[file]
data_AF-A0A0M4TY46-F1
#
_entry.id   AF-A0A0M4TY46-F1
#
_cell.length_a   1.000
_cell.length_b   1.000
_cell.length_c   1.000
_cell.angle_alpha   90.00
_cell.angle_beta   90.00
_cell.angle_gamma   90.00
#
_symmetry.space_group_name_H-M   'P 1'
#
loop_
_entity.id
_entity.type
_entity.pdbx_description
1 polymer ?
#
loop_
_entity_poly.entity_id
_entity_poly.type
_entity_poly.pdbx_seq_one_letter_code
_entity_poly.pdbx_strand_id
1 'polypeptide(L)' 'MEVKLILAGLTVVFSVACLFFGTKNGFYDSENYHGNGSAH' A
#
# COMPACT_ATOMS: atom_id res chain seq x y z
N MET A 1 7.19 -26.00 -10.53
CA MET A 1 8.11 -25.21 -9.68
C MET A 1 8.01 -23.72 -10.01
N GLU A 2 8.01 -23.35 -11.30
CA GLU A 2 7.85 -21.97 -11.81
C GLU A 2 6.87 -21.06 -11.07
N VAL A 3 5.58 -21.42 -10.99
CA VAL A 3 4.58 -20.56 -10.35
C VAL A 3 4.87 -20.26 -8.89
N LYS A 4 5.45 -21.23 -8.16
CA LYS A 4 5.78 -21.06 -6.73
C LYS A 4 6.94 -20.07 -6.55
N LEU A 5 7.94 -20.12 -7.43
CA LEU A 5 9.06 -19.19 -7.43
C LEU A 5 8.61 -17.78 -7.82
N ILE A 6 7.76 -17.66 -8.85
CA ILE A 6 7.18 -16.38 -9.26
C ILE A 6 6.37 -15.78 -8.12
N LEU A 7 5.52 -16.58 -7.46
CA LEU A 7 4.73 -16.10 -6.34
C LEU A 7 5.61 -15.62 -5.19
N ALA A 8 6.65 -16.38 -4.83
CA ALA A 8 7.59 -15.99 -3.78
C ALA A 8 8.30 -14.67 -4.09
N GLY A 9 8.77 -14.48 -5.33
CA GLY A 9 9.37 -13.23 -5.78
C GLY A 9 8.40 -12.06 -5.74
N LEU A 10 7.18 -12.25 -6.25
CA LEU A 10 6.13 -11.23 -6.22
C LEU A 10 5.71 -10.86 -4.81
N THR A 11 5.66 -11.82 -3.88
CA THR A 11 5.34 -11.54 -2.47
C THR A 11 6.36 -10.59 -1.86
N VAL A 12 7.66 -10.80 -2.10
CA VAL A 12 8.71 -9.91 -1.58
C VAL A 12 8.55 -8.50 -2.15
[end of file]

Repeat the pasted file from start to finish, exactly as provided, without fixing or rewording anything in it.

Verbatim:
data_AF-A0A0M4TY46-F1
#
_entry.id   AF-A0A0M4TY46-F1
#
_cell.length_a   1.000
_cell.length_b   1.000
_cell.length_c   1.000
_cell.angle_alpha   90.00
_cell.angle_beta   90.00
_cell.angle_gamma   90.00
#
_symmetry.space_group_name_H-M   'P 1'
#
loop_
_entity.id
_entity.type
_entity.pdbx_description
1 polymer ?
#
loop_
_entity_poly.entity_id
_entity_poly.type
_entity_poly.pdbx_seq_one_letter_code
_entity_poly.pdbx_strand_id
1 'polypeptide(L)' 'MEVKLILAGLTVVFSVACLFFGTKNGFYDSENYHGNGSAH' A
#
# COMPACT_ATOMS: atom_id res chain seq x y z
N MET A 1 7.19 -26.00 -10.53
CA MET A 1 8.11 -25.21 -9.68
C MET A 1 8.01 -23.72 -10.01
N GLU A 2 8.01 -23.35 -11.30
CA GLU A 2 7.85 -21.97 -11.81
C GLU A 2 6.87 -21.06 -11.07
N VAL A 3 5.58 -21.42 -10.99
CA VAL A 3 4.58 -20.56 -10.35
C VAL A 3 4.87 -20.26 -8.89
N LYS A 4 5.45 -21.23 -8.16
CA LYS A 4 5.78 -21.06 -6.73
C LYS A 4 6.94 -20.07 -6.55
N LEU A 5 7.94 -20.12 -7.43
CA LEU A 5 9.06 -19.19 -7.43
C LEU A 5 8.61 -17.78 -7.82
N ILE A 6 7.76 -17.66 -8.85
CA ILE A 6 7.18 -16.38 -9.26
C ILE A 6 6.37 -15.78 -8.12
N LEU A 7 5.52 -16.58 -7.46
CA LEU A 7 4.73 -16.10 -6.34
C LEU A 7 5.61 -15.62 -5.19
N ALA A 8 6.65 -16.38 -4.83
CA ALA A 8 7.59 -15.99 -3.78
C ALA A 8 8.30 -14.67 -4.09
N GLY A 9 8.77 -14.48 -5.33
CA GLY A 9 9.37 -13.23 -5.78
C GLY A 9 8.40 -12.06 -5.74
N LEU A 10 7.18 -12.25 -6.25
CA LEU A 10 6.13 -11.23 -6.22
C LEU A 10 5.71 -10.86 -4.81
N THR A 11 5.66 -11.82 -3.88
CA THR A 11 5.34 -11.54 -2.47
C THR A 11 6.36 -10.59 -1.86
N VAL A 12 7.66 -10.80 -2.10
CA VAL A 12 8.71 -9.91 -1.58
C VAL A 12 8.55 -8.50 -2.15